Topless women, costumed characters stir talk of Times Square reform

Sarah Jorgensen, CNNPublished 25th August 2015
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New York (CNN) — How do you solve a problem like Elmo? Or, for that matter, of a body-painted topless woman?
A task force created by New York City Mayor Bill de Blasio and police is attempting to answer those questions.
Over the past few years, New York's famed Times Square has been virtually overrun with costumed characters such as Elmo and Spider-Man, and, more recently, topless women wearing only brightly-colored body paint and tiny underwear. Some sport American flag patterns and other designs on their bodies.
But the friendly faces of the characters can be deceiving. Each day, the New York Police Department receives a number of complaints about alleged harassment and other acts that frighten and upset both visitors to and residents of New York.
"This task force will identify the best legal and regulatory ways to move forward and keep Times Square the popular destination site for visitors and families from New York City and across the world," Mayor Bill de Blasio said last week in a press release announcing the new initiative.
The task force will include representation from a number of city offices, including the NYPD, the Department of City Planning, the Department of Transportation and the Department of Consumer Affairs. It will be chaired by Police Commissioner Bill Bratton and City Planning Commissioner Carl Weisbrod.

Complaints of aggressive solicitation

There have been dozens of incidents over the past few years involving these characters. The violation usually involves harassment or aggressive solicitation for tips after tourists take photographs with the entertainers.
Just a few weeks ago, a video emerged on YouTube that showed a man dressed as Spider-Man punching and wrestling with a pedestrian outside of the Times Square Toys R Us. And last week, police said officers confiscated two large snakes they say a 34-year-old man was trying to put on passers-by's necks.
Those are only the most recent in a string of headline-grabbing incidents in the famed New York plaza over the past few years.
In 2013, a man dressed as Cookie Monster was accused of shoving a 2-year-old after the child's parents declined to pay him the requested $2 fee after taking a photo. Last year, a man who dressed as Woody from "Toy Story" was charged with three counts of forcible touching and three counts of third-degree sex abuse.
CNN was unable to verify the status of their cases.
City officials worry that such incidents could deter tourists from visiting Times Square, which is often called "the crossroads of the world." Many of the incidents involve the street performers chasing or harassing visitors for tips after taking photos.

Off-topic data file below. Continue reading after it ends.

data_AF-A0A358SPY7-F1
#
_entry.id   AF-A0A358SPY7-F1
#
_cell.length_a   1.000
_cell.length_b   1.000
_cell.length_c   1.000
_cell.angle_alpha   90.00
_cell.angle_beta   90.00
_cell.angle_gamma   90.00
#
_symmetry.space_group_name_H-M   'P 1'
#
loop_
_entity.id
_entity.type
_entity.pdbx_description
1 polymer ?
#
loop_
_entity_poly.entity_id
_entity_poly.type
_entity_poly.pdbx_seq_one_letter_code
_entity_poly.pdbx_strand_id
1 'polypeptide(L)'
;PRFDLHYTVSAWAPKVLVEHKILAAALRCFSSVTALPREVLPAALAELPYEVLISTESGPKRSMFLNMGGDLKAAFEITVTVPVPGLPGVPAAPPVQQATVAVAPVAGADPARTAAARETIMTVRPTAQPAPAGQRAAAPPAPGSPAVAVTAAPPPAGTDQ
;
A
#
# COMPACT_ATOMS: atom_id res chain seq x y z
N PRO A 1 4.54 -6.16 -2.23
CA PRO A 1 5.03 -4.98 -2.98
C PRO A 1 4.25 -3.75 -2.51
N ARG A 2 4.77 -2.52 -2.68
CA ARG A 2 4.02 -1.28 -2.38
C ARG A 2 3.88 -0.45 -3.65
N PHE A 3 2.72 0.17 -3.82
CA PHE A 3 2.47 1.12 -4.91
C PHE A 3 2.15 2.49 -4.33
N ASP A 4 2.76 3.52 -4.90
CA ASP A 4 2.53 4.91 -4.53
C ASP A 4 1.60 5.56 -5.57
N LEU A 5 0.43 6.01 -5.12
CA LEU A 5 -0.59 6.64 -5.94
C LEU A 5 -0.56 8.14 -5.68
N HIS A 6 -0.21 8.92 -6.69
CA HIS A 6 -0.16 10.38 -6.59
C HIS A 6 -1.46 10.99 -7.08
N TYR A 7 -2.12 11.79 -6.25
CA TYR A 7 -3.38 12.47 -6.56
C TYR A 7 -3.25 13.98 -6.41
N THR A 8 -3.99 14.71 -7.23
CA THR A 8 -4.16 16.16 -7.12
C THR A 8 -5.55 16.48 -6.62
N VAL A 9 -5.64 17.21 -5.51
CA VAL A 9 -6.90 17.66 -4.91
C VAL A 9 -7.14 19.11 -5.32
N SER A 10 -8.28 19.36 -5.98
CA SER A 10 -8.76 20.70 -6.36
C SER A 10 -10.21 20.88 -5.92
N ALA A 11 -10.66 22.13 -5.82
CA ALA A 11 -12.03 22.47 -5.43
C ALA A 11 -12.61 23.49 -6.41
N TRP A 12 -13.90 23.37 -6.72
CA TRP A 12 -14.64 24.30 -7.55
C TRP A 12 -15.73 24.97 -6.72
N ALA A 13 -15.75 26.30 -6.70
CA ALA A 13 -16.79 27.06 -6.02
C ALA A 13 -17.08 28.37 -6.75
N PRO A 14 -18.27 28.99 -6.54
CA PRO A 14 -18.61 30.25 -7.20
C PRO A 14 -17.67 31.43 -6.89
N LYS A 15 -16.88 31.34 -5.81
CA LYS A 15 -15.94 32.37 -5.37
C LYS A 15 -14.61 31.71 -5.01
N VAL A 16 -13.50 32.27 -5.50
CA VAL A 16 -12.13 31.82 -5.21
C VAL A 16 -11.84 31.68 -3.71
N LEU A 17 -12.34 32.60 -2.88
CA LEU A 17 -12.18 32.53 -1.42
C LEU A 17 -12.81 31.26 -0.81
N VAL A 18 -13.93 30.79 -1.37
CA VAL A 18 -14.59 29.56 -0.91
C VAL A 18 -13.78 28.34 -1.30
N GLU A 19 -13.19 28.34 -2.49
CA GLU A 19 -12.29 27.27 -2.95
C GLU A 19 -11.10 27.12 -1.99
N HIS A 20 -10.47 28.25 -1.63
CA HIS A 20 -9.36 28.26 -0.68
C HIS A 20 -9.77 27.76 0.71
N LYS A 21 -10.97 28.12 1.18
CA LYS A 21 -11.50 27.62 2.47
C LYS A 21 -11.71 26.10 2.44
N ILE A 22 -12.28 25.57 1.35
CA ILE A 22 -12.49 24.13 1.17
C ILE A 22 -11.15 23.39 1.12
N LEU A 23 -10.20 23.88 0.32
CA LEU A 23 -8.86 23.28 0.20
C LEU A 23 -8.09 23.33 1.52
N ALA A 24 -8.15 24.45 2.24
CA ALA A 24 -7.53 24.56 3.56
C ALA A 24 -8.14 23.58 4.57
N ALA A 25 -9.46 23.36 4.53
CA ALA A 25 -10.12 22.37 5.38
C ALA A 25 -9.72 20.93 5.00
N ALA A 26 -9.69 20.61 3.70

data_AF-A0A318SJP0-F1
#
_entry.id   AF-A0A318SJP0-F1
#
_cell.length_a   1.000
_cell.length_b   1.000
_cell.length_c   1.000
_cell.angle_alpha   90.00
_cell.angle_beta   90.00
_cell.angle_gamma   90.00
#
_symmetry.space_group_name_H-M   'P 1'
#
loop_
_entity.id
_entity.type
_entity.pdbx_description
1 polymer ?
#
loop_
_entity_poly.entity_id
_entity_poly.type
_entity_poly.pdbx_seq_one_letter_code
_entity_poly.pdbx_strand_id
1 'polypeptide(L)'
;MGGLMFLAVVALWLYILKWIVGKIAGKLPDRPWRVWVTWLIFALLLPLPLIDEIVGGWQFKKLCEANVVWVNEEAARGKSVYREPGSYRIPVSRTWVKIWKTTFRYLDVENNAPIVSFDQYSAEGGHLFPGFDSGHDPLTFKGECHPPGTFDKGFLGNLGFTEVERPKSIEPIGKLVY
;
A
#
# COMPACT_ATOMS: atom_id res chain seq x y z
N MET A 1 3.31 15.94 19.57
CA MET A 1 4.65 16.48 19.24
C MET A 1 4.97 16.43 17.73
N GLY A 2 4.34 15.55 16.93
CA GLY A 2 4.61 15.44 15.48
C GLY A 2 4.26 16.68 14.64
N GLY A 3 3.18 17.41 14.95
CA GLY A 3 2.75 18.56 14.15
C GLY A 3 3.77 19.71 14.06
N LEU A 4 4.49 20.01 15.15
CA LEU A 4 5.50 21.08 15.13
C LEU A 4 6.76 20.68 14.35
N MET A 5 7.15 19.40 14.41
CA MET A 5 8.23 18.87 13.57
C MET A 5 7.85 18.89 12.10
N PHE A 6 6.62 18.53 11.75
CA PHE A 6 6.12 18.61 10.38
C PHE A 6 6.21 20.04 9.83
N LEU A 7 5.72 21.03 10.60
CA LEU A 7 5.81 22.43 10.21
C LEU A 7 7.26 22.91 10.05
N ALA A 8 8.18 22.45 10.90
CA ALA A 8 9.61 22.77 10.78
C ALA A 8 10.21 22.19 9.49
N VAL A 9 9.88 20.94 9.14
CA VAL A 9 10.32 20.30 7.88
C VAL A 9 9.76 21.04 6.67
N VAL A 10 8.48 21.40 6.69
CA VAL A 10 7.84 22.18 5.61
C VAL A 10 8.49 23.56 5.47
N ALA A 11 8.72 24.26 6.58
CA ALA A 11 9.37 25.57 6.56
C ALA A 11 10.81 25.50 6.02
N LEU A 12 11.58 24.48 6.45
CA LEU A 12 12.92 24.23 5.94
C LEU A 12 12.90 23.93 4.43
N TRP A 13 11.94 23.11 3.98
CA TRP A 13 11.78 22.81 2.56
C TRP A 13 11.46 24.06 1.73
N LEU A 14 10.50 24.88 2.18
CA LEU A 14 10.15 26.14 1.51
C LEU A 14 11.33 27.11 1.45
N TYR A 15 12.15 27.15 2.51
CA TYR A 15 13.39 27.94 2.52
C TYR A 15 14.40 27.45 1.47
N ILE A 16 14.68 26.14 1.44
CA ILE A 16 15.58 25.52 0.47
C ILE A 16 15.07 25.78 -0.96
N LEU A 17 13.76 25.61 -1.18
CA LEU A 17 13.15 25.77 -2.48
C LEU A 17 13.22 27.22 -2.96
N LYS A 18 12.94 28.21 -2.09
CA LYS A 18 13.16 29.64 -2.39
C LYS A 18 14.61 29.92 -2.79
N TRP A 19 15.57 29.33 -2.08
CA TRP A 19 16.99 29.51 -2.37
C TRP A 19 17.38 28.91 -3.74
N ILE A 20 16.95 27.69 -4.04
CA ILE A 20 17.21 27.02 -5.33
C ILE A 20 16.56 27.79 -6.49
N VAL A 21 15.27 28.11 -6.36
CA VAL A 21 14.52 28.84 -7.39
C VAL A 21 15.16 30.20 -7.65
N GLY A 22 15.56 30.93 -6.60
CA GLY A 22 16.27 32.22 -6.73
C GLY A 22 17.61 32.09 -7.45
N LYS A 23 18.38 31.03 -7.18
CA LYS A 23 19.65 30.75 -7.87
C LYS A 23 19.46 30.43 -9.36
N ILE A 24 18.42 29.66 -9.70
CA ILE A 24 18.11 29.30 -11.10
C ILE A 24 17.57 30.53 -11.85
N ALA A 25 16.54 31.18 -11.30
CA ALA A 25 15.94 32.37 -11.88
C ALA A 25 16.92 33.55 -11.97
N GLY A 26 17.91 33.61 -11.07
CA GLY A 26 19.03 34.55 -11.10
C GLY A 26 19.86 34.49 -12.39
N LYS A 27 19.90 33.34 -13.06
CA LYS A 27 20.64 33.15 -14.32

Up until this point, it has been difficult for city authorities to enforce rules for Times Square's problematic entertainers.
First Amendment rights protect the performers' decision to wear whatever they wish in public. Additionally, a ruling in the New York State courts in the early 1990s permits women to be topless in public, just as men can.
But that is not stopping the city government from pursuing new regulation.
"As a progressive who believes in civil liberties and believes in our First Amendment, I understand the legal challenge here, but I don't think that's the end of the discussion," de Blasio said. "We are going to look for every appropriate way to regulate all activity that involves either begging or asking people for a contribution based on the opportunity to take a picture, for example."

'All of a sudden, it's an issue'

Some of the performers are sticking to their guns. A topless performer who identified herself as Angel told CNN affiliate WPIX that she finds the new debate "ridiculous."
"It's been legal for a woman to be topless anywhere a man can be topless in New York State since 1992," she said. "So now, all of a sudden, it's an issue."
One proposed solution, mentioned by both de Blasio and Bratton, is to rip out the Times Square pedestrian plaza. That plaza, which was completed in late 2013, is where many tourists -- and, consequently, the performers in question -- gather.
"I'd prefer to just dig the whole damn thing up and put it back the way it was, where Broadway is Broadway and not a dead-end street," Bratton told 1010 WINS, a local New York City radio station.
"The activity is not occurring anywhere else in the area," he continued.
It is still unclear exactly what action the task force will take against the caped crusaders, furry characters and painted women, despite the varying challenges at hand.
"I'm not satisfied that we've used every tool in our arsenal yet," de Blasio said. "And I don't like the situation in Times Square. We're going to address it in a very aggressive manner."